1,000 Harry Potter fans celebrate fandom in epic roller skating event

LOS ANGELES -- More than 1,000 'Harry Potter' fans attended the Harry Potter Skating Night event on Saturday, April 16. Attendees donned their best Harry Potter costumes, drank butter beer and skated the night away while celebrating the beloved books and movies, and the fan community that brings them together.

"I had heard about this event and I love Harry Potter. I love everything about the world J.K. Rowling has created," Robert Seutter, who works as a professional storyteller, told ABC. "This was the place to find my people."

It was the fifth annual Harry Potter skating event, presented by the Los Angeles Dumbledore's Army (LADA), the second largest Harry Potter fan club in the world with over 1,600 members. Held at the Moonlight Rollerway in Glendale, Calif., fans stood in a line wrapped around the entire venue, dressed as their favorite characters. Costumes ranged from the easily recognized Harry Potter, Dumbledore, and Luna Lovegood to the more obscure Giant Squid said to inhabit the Great Lake on the Hogwarts' school grounds.

"I loved roller skating growing up," wrote event organizer Adrienne Alwag-Aipia wrote in an email to ABC. "[I] thought it would be a great tie-in with Harry Potter if we infused the music from the films, costume contests, Butterbeer, free raffles and Harry Potter hand-made merchandise and themed candy."

The not-for-profit club reached out to Harry Potter retailers to support the event with donations supporting the raffle and costume contest prizes.

"These books changed my life in so many ways, mostly by giving me a social life," LADA Leadership member and newsletter editor Jessica Zipay told ABC. "Finding a group of people who are as passionate about something as I am, that I can hang out with, and do nerdy things with, who like doing the same things I do, is so important to have in your life. Especially as an adult."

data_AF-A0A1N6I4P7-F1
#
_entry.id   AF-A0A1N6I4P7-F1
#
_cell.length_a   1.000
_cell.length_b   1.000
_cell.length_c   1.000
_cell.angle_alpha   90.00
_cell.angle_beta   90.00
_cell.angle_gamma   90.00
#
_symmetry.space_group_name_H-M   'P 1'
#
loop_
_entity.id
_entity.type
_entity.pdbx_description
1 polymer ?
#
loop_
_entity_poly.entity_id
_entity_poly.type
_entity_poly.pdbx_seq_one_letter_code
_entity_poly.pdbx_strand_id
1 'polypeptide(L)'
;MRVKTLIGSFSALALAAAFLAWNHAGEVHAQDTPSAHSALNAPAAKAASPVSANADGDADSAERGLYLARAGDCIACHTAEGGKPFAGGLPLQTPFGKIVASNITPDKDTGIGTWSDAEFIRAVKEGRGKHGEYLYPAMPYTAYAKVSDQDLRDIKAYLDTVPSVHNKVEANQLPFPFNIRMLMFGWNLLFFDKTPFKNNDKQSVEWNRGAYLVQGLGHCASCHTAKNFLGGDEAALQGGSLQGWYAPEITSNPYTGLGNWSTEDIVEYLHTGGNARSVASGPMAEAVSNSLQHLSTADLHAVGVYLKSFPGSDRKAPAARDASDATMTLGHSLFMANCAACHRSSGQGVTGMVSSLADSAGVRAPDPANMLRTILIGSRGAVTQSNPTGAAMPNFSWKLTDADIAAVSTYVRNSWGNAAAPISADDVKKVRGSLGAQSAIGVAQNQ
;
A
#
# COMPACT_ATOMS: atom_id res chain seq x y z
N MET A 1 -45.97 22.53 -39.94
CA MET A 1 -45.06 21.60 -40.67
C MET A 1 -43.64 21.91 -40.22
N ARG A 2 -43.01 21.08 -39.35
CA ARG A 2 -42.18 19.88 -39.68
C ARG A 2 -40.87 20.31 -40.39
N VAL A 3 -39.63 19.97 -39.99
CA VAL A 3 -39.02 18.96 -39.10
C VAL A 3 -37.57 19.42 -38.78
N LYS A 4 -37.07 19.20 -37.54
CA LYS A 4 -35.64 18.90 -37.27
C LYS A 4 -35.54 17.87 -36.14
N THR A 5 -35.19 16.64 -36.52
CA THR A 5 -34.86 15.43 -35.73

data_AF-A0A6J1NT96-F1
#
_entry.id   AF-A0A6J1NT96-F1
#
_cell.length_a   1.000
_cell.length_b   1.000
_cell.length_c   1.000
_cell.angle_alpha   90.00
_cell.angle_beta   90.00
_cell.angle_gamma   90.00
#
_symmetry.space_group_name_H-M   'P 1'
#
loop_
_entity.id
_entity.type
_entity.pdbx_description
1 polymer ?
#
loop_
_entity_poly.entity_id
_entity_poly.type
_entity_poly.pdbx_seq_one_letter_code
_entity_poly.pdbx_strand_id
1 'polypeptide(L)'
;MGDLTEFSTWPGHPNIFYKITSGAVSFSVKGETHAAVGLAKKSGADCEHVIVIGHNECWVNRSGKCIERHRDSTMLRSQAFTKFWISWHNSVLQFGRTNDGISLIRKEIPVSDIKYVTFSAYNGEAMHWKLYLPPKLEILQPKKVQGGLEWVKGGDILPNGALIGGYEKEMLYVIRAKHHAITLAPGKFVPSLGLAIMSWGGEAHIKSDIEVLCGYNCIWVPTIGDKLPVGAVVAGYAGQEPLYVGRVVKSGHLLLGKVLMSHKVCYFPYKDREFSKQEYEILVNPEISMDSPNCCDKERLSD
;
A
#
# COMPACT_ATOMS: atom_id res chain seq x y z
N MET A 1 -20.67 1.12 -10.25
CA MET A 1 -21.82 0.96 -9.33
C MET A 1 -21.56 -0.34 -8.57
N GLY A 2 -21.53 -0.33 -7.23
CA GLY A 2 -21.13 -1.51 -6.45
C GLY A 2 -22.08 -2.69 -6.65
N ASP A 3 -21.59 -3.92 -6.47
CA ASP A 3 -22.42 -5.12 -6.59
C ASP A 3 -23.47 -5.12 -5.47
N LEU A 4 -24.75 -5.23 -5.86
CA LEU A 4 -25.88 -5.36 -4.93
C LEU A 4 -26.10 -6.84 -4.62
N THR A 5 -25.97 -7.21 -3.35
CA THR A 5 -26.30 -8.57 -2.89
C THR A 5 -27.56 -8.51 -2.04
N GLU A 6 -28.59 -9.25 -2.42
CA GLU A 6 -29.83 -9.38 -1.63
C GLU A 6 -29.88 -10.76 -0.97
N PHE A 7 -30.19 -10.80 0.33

Later in the night, the massive crowd stopped skating for a "raising of the wands" ceremony that paid tribute to the life of actor Alan Rickman, who had played the role of Professor Severus Snape in the films. Feeling a strong connection to the often misunderstood character, and the actor who played him, fans worldwide were saddened earlier this year when news broke that Rickman had passed away after his battle with cancer.

Zipay added that the books helped her grieve over her father's death in 2007.

"These books deal very heavily with death, and they're all about the questions of death. The author, J.K. Rowling, wrote them to help with her own mother's death so they are very profound," said Zipay. "The way that she deals with death, and talks about death, was incredibly comforting to me during my grieving process."

All of the fans interviewed by ABC said that the community surrounding Harry Potter helped them make "lifelong friends" and get support during life trials.

"Harry Potter means two things: number one, that the cauldron of inspiration is still going; that we can all find something in the movies to inspire us. And secondly, Harry Potter -- himself -- is a really good example of a hero. Despite everything happening to him, he keeps a great soul," said Seutter. "I think everybody who is touched by this carries a little bit of that spirit."
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